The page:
Those who want the best possible video quality will opt for the theatrical version, while those who want the strongest cut of the film have got the less than perfect unrated option.

    Both cuts of the film get the DTS-HD 2.0 Mono treatment. Optional subtitles are provided in English only. There are no issues with the sound here at all. Dialogue is clean, the levels are properly balanced and the score sounds good. No noticeable issues with any hiss or distortion were detected during playback, and there’s decent range for a single channel mix. The music in the film in particular gets a nice boost here, it’s stronger and has better presence without sounding artificially pumped up or boosted.

    Extras are spread across the two discs in this set as follows:

    Disc One:

    In addition to the theatrical cut of the movie we get an R-rated theatrical trailer for the feature, a VHS promo trailer, ninety seconds of TV spots, a half minute of radio spots, menus and chapter selection.

    Disc Two:

    First up, on the stacked second disc, is an all new audio commentary featuring actor Robert Brian Wilson and co-executive producer Scott J. Schneid. This is a pretty interesting track as Wilson gets to say his piece about how he landed the part, what it was like working on the picture, his thoughts on his character and on the film itself and quite a bit more. Schneid is there to fill in the blanks and talk up the film’s origins and success, working with director Sellier, the contributions of the other cast and crew members, the Utah locations and quite a bit more. A second audio commentary is also included here, this one featuring writer Michael Hickey, composer Perry Botkin, editor/2nd unit director Michael Spence and co-executive producer Scott J. Schneid. This track, carried over from past releases, opens with some discussion of Botkin’s work on the score and then goes on to become a fairly scene specific look back at the making of the picture. It covers some of the same ground as the first track but Shout did right by including it here for posterity’s sake.

    Also included on the disc is an extended audio interview with director Charles E. Sellier, Jr. from Deadpit Radio. The version included on the previous Anchor Bay release ran thirty-six minutes, this version clocks in at over fifty-eight minutes so there’s a fair bit more here than was originally provided to fans. It’s a good interview and given that the director passed away in 2011, the only contribution from him included here. He talks about how the project came about, setting up and shooting various scenes, who he enjoyed working with on the film and more.

    The best of the new extras on the disc, however, is Slay Bells Ring: The Story Of Silent Night, Deadly Night. This forty-six minute long featurette is basically made up of new interviews with Hickey, Schneid, Botkin, Wilson and Spence as well as co-executive producer Dennis Whitehead. This is really well done – nicely edited and well put together. Lots of great stories here too, such as how locations were secured, how the script evolved, getting the movie to Tri-Star, it’s theatrical release and loads more. Yes, it does cover some of the same ground as the two commentary tracks but it’s interesting to get to see these guys as well as hear them, and the interviewees are generally pretty blunt about things, which means that this can often times be as humorous as it is interesting.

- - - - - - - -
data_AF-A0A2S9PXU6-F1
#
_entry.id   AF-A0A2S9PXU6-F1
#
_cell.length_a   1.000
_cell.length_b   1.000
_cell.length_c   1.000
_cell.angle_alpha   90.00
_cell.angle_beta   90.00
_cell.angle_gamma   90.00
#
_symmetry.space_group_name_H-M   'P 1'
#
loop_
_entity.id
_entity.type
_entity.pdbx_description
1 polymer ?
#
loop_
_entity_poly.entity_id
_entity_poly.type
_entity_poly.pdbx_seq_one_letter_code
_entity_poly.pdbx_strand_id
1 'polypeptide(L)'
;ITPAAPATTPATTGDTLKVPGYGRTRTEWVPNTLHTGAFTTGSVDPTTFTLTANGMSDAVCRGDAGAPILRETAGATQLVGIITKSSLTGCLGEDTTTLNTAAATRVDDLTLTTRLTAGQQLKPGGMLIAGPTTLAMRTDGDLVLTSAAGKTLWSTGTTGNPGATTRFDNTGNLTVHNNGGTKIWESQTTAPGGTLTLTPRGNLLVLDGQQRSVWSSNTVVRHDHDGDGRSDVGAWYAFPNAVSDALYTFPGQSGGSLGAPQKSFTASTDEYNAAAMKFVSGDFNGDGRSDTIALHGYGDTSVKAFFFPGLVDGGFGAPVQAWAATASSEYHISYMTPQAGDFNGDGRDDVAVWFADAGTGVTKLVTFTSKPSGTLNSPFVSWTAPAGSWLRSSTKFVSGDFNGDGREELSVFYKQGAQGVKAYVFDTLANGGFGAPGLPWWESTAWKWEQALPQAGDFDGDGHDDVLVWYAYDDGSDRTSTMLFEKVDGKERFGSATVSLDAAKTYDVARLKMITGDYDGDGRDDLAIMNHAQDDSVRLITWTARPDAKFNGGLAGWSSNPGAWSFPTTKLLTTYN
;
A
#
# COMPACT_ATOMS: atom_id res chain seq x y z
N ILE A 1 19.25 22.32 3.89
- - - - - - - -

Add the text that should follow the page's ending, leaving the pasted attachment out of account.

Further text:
Also worth checking out is Oh Deer!, an all new interview with Linnea Quigley in which the actress discusses her infamous scene in the film for twenty-two minutes. She also talks about how she got her start in the film business, her modelling career, a weird encounter with none other than Jack Palance, and then, of course, the specifics of her involvement in SNDN and the iconic scene in which she starred.

    Rounding out the extras on disc two is Christmas In July: Silent Night, Deadly Night Locations – Then And Now, which is, as it sounds, a featurette that shows off many of the more iconic locations from the film (the orphanage, the church, the toy store and more) as they appear in the film compared to how they appear now in the modern day. Rounding out the extras on the second disc is an extensive poster and still gallery and Santa’s Stocking Of Outrage (essentially a selection of quotes from those who were outraged and/or offended by the film when it originally played back in the eighties) alongside animated menus and chapter selection.

    As far as the packaging goes – Shout! Factory has included some nice reversible cover art and a slipcase to be included with the first pressing of the disc, and if you guy off of their site you have the option to also purchase a pretty awesome Billy action figure!

    The Final Word:

    One of the most enjoyable holiday themed slasher films of all time, Silent Night, Deadly Night finally gets the proper special edition release that it deserves. Compared to past editions, this is a big upgrade not just in terms of the extras but – just as importantly – in terms of the presentation as well. Highly recommended!

    Click on the images below for full sized Blu-ray screen caps!



















































    Comments 1 Comment
    1. Maureen Champ's Avatar
      Maureen Champ -
      Seven o'clock... it's over! Time to get shit-faced!'
      That line from SNDN is billiant!